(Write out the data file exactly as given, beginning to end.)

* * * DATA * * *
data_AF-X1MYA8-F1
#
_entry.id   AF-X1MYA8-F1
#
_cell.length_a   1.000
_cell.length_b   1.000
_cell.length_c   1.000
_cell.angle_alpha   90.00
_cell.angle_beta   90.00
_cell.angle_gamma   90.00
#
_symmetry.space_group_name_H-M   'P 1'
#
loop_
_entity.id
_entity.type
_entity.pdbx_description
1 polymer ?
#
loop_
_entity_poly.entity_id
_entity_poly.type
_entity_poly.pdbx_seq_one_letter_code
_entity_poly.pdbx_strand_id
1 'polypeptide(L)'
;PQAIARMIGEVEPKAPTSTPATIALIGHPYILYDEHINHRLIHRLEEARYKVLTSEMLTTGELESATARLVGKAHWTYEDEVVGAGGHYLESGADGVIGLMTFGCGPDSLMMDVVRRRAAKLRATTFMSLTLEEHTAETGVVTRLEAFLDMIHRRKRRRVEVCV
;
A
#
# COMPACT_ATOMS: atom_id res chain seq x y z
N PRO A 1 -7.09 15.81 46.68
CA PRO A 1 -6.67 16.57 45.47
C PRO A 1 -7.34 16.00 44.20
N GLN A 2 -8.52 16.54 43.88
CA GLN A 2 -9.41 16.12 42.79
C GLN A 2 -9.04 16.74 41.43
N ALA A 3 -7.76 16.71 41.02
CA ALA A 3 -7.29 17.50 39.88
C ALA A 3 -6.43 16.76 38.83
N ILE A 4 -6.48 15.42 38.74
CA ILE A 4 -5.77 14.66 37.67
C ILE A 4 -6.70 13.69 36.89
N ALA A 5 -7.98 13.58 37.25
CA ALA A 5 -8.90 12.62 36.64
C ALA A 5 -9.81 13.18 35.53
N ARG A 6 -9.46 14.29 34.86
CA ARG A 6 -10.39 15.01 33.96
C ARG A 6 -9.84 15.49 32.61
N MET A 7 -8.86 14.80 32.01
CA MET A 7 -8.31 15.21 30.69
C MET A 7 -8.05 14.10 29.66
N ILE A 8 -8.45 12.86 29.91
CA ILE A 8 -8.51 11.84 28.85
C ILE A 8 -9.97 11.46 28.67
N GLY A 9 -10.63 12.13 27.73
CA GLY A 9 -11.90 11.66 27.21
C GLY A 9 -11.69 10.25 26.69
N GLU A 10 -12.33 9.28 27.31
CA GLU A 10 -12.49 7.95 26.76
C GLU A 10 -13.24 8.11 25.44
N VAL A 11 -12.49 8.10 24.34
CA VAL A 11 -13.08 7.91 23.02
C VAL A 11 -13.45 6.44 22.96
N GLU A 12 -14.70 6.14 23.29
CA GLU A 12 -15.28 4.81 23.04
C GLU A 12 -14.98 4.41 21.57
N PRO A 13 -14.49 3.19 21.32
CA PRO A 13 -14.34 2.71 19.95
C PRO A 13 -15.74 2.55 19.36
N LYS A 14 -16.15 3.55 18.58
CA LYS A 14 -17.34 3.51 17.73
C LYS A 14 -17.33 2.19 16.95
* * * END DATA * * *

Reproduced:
data_AF-X1MYA8-F1
#
_entry.id   AF-X1MYA8-F1
#
_cell.length_a   1.000
_cell.length_b   1.000
_cell.length_c   1.000
_cell.angle_alpha   90.00
_cell.angle_beta   90.00
_cell.angle_gamma   90.00
#
_symmetry.space_group_name_H-M   'P 1'
#
loop_
_entity.id
_entity.type
_entity.pdbx_description
1 polymer ?
#
loop_
_entity_poly.entity_id
_entity_poly.type
_entity_poly.pdbx_seq_one_letter_code
_entity_poly.pdbx_strand_id
1 'polypeptide(L)'
;PQAIARMIGEVEPKAPTSTPATIALIGHPYILYDEHINHRLIHRLEEARYKVLTSEMLTTGELESATARLVGKAHWTYEDEVVGAGGHYLESGADGVIGLMTFGCGPDSLMMDVVRRRAAKLRATTFMSLTLEEHTAETGVVTRLEAFLDMIHRRKRRRVEVCV
;
A
#
# COMPACT_ATOMS: atom_id res chain seq x y z
N PRO A 1 -7.09 15.81 46.68
CA PRO A 1 -6.67 16.57 45.47
C PRO A 1 -7.34 16.00 44.20
N GLN A 2 -8.52 16.54 43.88
CA GLN A 2 -9.41 16.12 42.79
C GLN A 2 -9.04 16.74 41.43
N ALA A 3 -7.76 16.71 41.02
CA ALA A 3 -7.29 17.50 39.88
C ALA A 3 -6.43 16.76 38.83
N ILE A 4 -6.48 15.42 38.74
CA ILE A 4 -5.77 14.66 37.67
C ILE A 4 -6.70 13.69 36.89
N ALA A 5 -7.98 13.58 37.25
CA ALA A 5 -8.90 12.62 36.64
C ALA A 5 -9.81 13.18 35.53
N ARG A 6 -9.46 14.29 34.86
CA ARG A 6 -10.39 15.01 33.96
C ARG A 6 -9.84 15.49 32.61
N MET A 7 -8.86 14.80 32.01
CA MET A 7 -8.31 15.21 30.69
C MET A 7 -8.05 14.10 29.66
N ILE A 8 -8.45 12.86 29.91
CA ILE A 8 -8.51 11.84 28.85
C ILE A 8 -9.97 11.46 28.67
N GLY A 9 -10.63 12.13 27.73
CA GLY A 9 -11.90 11.66 27.21
C GLY A 9 -11.69 10.25 26.69
N GLU A 10 -12.33 9.28 27.31
CA GLU A 10 -12.49 7.95 26.76
C GLU A 10 -13.24 8.11 25.44
N VAL A 11 -12.49 8.10 24.34
CA VAL A 11 -13.08 7.91 23.02
C VAL A 11 -13.45 6.44 22.96
N GLU A 12 -14.70 6.14 23.29
CA GLU A 12 -15.28 4.81 23.04
C GLU A 12 -14.98 4.41 21.57
N PRO A 13 -14.49 3.19 21.32
CA PRO A 13 -14.34 2.71 19.95
C PRO A 13 -15.74 2.55 19.36
N LYS A 14 -16.15 3.55 18.58
CA LYS A 14 -17.34 3.51 17.73
C LYS A 14 -17.33 2.19 16.95